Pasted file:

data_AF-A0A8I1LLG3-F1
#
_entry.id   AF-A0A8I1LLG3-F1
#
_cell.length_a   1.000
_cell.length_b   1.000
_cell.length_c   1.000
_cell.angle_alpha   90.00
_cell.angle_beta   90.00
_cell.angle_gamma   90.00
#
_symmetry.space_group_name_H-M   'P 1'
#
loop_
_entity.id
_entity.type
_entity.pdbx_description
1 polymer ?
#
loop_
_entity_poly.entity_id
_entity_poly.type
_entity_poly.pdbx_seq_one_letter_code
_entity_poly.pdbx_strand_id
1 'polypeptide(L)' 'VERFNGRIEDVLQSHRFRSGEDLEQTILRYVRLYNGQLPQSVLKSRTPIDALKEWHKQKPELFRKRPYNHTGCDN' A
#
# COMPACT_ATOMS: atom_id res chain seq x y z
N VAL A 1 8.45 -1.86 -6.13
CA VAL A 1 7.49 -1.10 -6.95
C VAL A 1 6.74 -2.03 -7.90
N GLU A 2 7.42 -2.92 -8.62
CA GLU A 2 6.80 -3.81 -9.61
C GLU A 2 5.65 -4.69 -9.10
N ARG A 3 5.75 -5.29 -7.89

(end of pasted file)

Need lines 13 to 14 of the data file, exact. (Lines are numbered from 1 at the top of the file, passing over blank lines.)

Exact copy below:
#
loop_